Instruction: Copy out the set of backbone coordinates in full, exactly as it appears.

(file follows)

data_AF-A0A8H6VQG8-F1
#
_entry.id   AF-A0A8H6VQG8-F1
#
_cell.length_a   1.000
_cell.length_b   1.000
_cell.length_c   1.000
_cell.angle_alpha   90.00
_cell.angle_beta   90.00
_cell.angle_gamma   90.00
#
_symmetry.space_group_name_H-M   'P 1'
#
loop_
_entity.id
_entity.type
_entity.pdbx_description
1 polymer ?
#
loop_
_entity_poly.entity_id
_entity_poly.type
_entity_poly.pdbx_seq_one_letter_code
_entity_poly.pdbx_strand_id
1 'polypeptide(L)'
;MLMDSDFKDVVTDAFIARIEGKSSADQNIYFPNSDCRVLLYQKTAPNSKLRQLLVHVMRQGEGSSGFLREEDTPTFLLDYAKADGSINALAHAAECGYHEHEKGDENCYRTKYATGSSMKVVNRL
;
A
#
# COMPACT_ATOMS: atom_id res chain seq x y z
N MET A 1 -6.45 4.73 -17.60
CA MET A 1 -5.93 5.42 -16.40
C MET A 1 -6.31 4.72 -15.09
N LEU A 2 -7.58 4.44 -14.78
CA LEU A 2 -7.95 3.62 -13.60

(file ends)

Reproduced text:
data_AF-A0A8H6VQG8-F1
#
_entry.id   AF-A0A8H6VQG8-F1
#
_cell.length_a   1.000
_cell.length_b   1.000
_cell.length_c   1.000
_cell.angle_alpha   90.00
_cell.angle_beta   90.00
_cell.angle_gamma   90.00
#
_symmetry.space_group_name_H-M   'P 1'
#
loop_
_entity.id
_entity.type
_entity.pdbx_description
1 polymer ?
#
loop_
_entity_poly.entity_id
_entity_poly.type
_entity_poly.pdbx_seq_one_letter_code
_entity_poly.pdbx_strand_id
1 'polypeptide(L)'
;MLMDSDFKDVVTDAFIARIEGKSSADQNIYFPNSDCRVLLYQKTAPNSKLRQLLVHVMRQGEGSSGFLREEDTPTFLLDYAKADGSINALAHAAECGYHEHEKGDENCYRTKYATGSSMKVVNRL
;
A
#
# COMPACT_ATOMS: atom_id res chain seq x y z
N MET A 1 -6.45 4.73 -17.60
CA MET A 1 -5.93 5.42 -16.40
C MET A 1 -6.31 4.72 -15.09
N LEU A 2 -7.58 4.44 -14.78
CA LEU A 2 -7.95 3.62 -13.60